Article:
All the biggest land animals — elephants, rhinos, hippos, giraffes — live in Africa. Asia also has elephants and rhinos, but they are both smaller and less abundant than their African cousins, and no other continent is even a contender in terms of megafauna.
Even if we define megafauna more liberally and look only at abundant species, Africa still wins hands-down. I made a list of wild land mammal species which weigh 100 pounds or more and which are listed as “least concern” on the IUCN Red List. Even though many of Africa’s trademark megabeasts (elephants, rhinos, hippos, gorillas, and lions, among others) are excluded by the latter criterion, Africa still comes out on top. A full 50% of the species on the list (37 out of 74) live only in sub-Saharan Africa. By comparison, Eurasia (including North Africa) has 20 abundant megamammals, the Americas have 17, and Australia has 5. (The total is only 74 because 5 of the species are common to Eurasia and America.) The four heaviest species on the list (giraffe, Cape buffalo, and two species of eland) are all African. If I relaxed the conservation criteria a little, Africa’s dominance would be even more overwhelming.
Africa has not always been so exceptional, though. Until quite recently (geologically speaking), the other continents had significant megafauna of their own. North America in particular was home to several species of elephant, ground sloth, horse, and big cat. In his hunting memoir Green Hills of Africa, Hemingway comments on this and offers an explanation:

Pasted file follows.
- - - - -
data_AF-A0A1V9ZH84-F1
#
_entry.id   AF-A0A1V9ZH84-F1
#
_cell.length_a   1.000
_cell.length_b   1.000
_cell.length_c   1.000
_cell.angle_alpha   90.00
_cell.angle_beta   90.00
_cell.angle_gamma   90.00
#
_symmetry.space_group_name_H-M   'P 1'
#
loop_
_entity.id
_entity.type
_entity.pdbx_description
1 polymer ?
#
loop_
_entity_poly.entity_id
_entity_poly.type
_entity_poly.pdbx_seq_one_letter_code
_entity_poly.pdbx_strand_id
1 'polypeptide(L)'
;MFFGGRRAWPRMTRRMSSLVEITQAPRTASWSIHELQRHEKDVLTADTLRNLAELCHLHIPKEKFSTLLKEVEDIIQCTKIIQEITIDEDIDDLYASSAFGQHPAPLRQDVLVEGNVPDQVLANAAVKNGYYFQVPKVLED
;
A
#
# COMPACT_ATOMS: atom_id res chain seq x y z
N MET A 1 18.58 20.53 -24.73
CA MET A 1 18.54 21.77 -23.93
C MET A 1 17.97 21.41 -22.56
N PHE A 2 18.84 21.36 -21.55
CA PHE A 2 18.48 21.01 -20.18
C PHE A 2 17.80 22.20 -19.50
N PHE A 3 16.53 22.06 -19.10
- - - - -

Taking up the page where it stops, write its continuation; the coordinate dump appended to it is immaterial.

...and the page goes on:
Looking at the way the [elephant] tracks graded down through the pleasant forest I thought that we had the mammoths too, a long time ago, and when they travelled through the hills in southern Illinois they made these same tracks. It was just that we were an older country in America and the biggest game was gone.
Hemingway surprises us a little here, turning our familiar ideas upside down and calling the New World “an older country.” What he presumably means is that humans have been hunting there for a longer time than in Africa and have killed off most of the big game — which is the exact opposite of the truth. Our species evolved in Africa, and the Americas were the very last continents we colonized. So why, if Africa has been subject to human hunting for so much longer than America, does America seem to be “hunted out” while Africa still abounds in big game? Later in Green Hills Hemingway writes:
A continent ages quickly once we come. The natives live in harmony with it. But the foreigner destroys . . . . Our people went to America because that was the place to go then. It had been a good country and we had made a bloody mess of it and I would go, now, somewhere else and as we had always gone. You could always come back. Let the others come to America who did not know that they had come too late. Our people had seen it at its best and fought for it when it was well worth fighting for. Now I would go somewhere else. We always went in the old days and there were still good places to go.